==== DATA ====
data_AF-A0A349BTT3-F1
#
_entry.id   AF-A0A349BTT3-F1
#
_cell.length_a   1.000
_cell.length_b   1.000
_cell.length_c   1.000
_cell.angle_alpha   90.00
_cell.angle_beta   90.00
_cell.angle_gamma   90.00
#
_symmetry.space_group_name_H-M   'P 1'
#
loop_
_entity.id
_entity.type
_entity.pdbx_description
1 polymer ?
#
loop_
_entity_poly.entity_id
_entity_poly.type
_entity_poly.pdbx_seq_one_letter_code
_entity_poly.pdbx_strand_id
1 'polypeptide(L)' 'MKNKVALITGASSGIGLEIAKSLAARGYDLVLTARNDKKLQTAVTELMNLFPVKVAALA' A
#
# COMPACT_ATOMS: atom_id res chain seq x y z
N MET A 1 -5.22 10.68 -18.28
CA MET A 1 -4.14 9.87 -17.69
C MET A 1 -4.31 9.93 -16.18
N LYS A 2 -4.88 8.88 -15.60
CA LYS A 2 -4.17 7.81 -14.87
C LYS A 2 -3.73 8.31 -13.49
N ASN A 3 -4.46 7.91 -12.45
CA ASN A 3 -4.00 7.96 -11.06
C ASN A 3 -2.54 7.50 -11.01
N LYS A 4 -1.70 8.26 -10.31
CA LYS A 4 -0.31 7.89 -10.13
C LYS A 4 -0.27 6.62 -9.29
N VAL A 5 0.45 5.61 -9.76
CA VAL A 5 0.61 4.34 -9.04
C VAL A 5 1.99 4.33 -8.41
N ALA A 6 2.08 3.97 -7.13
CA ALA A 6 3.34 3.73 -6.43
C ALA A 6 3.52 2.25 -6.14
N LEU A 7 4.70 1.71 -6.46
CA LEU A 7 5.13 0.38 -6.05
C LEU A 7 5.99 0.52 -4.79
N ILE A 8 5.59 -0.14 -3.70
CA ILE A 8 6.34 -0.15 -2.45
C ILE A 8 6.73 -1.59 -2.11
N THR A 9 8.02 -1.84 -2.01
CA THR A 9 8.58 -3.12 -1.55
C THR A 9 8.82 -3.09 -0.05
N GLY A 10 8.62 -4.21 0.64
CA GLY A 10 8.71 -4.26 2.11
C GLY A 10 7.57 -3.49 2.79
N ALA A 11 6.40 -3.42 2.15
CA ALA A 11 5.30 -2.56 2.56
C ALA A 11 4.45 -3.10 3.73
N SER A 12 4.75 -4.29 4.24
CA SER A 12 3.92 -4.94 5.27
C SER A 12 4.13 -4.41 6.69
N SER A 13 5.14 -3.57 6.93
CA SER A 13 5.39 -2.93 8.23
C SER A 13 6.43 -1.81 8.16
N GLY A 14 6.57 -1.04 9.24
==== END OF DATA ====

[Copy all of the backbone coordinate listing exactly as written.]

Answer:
data_AF-A0A349BTT3-F1
#
_entry.id   AF-A0A349BTT3-F1
#
_cell.length_a   1.000
_cell.length_b   1.000
_cell.length_c   1.000
_cell.angle_alpha   90.00
_cell.angle_beta   90.00
_cell.angle_gamma   90.00
#
_symmetry.space_group_name_H-M   'P 1'
#
loop_
_entity.id
_entity.type
_entity.pdbx_description
1 polymer ?
#
loop_
_entity_poly.entity_id
_entity_poly.type
_entity_poly.pdbx_seq_one_letter_code
_entity_poly.pdbx_strand_id
1 'polypeptide(L)' 'MKNKVALITGASSGIGLEIAKSLAARGYDLVLTARNDKKLQTAVTELMNLFPVKVAALA' A
#
# COMPACT_ATOMS: atom_id res chain seq x y z
N MET A 1 -5.22 10.68 -18.28
CA MET A 1 -4.14 9.87 -17.69
C MET A 1 -4.31 9.93 -16.18
N LYS A 2 -4.88 8.88 -15.60
CA LYS A 2 -4.17 7.81 -14.87
C LYS A 2 -3.73 8.31 -13.49
N ASN A 3 -4.46 7.91 -12.45
CA ASN A 3 -4.00 7.96 -11.06
C ASN A 3 -2.54 7.50 -11.01
N LYS A 4 -1.70 8.26 -10.31
CA LYS A 4 -0.31 7.89 -10.13
C LYS A 4 -0.27 6.62 -9.29
N VAL A 5 0.45 5.61 -9.76
CA VAL A 5 0.61 4.34 -9.04
C VAL A 5 1.99 4.33 -8.41
N ALA A 6 2.08 3.97 -7.13
CA ALA A 6 3.34 3.73 -6.43
C ALA A 6 3.52 2.25 -6.14
N LEU A 7 4.70 1.71 -6.46
CA LEU A 7 5.13 0.38 -6.05
C LEU A 7 5.99 0.52 -4.79
N ILE A 8 5.59 -0.14 -3.70
CA ILE A 8 6.34 -0.15 -2.45
C ILE A 8 6.73 -1.59 -2.11
N THR A 9 8.02 -1.84 -2.01
CA THR A 9 8.58 -3.12 -1.55
C THR A 9 8.82 -3.09 -0.05
N GLY A 10 8.62 -4.21 0.64
CA GLY A 10 8.71 -4.26 2.11
C GLY A 10 7.57 -3.49 2.79
N ALA A 11 6.40 -3.42 2.15
CA ALA A 11 5.30 -2.56 2.56
C ALA A 11 4.45 -3.10 3.73
N SER A 12 4.75 -4.29 4.24
CA SER A 12 3.92 -4.94 5.27
C SER A 12 4.13 -4.41 6.69
N SER A 13 5.14 -3.57 6.93
CA SER A 13 5.39 -2.93 8.23
C SER A 13 6.43 -1.81 8.16
N GLY A 14 6.57 -1.04 9.24